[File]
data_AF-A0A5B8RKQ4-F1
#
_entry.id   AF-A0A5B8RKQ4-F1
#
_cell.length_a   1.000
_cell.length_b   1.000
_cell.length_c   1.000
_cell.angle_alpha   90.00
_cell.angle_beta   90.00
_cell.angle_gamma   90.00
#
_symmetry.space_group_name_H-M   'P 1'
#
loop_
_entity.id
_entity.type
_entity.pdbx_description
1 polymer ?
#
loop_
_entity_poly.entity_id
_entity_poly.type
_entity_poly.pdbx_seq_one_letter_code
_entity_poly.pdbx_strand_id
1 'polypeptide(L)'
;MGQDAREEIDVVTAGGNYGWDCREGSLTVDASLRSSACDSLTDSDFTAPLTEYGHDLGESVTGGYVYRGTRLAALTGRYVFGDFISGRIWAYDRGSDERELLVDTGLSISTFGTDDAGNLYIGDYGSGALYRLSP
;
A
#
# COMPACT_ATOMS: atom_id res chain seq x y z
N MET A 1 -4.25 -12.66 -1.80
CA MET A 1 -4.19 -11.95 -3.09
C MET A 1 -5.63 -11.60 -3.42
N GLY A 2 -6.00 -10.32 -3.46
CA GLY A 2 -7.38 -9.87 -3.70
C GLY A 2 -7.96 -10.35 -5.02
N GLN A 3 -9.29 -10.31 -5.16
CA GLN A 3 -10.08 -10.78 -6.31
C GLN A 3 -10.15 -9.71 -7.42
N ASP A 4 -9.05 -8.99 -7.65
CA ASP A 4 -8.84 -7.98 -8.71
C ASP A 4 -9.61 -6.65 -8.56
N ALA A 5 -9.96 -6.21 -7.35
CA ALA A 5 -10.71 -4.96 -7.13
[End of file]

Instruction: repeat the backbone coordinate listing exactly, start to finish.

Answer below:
data_AF-A0A5B8RKQ4-F1
#
_entry.id   AF-A0A5B8RKQ4-F1
#
_cell.length_a   1.000
_cell.length_b   1.000
_cell.length_c   1.000
_cell.angle_alpha   90.00
_cell.angle_beta   90.00
_cell.angle_gamma   90.00
#
_symmetry.space_group_name_H-M   'P 1'
#
loop_
_entity.id
_entity.type
_entity.pdbx_description
1 polymer ?
#
loop_
_entity_poly.entity_id
_entity_poly.type
_entity_poly.pdbx_seq_one_letter_code
_entity_poly.pdbx_strand_id
1 'polypeptide(L)'
;MGQDAREEIDVVTAGGNYGWDCREGSLTVDASLRSSACDSLTDSDFTAPLTEYGHDLGESVTGGYVYRGTRLAALTGRYVFGDFISGRIWAYDRGSDERELLVDTGLSISTFGTDDAGNLYIGDYGSGALYRLSP
;
A
#
# COMPACT_ATOMS: atom_id res chain seq x y z
N MET A 1 -4.25 -12.66 -1.80
CA MET A 1 -4.19 -11.95 -3.09
C MET A 1 -5.63 -11.60 -3.42
N GLY A 2 -6.00 -10.32 -3.46
CA GLY A 2 -7.38 -9.87 -3.70
C GLY A 2 -7.96 -10.35 -5.02
N GLN A 3 -9.29 -10.31 -5.16
CA GLN A 3 -10.08 -10.78 -6.31
C GLN A 3 -10.15 -9.71 -7.42
N ASP A 4 -9.05 -8.99 -7.65
CA ASP A 4 -8.84 -7.98 -8.71
C ASP A 4 -9.61 -6.65 -8.56
N ALA A 5 -9.96 -6.21 -7.35
CA ALA A 5 -10.71 -4.96 -7.13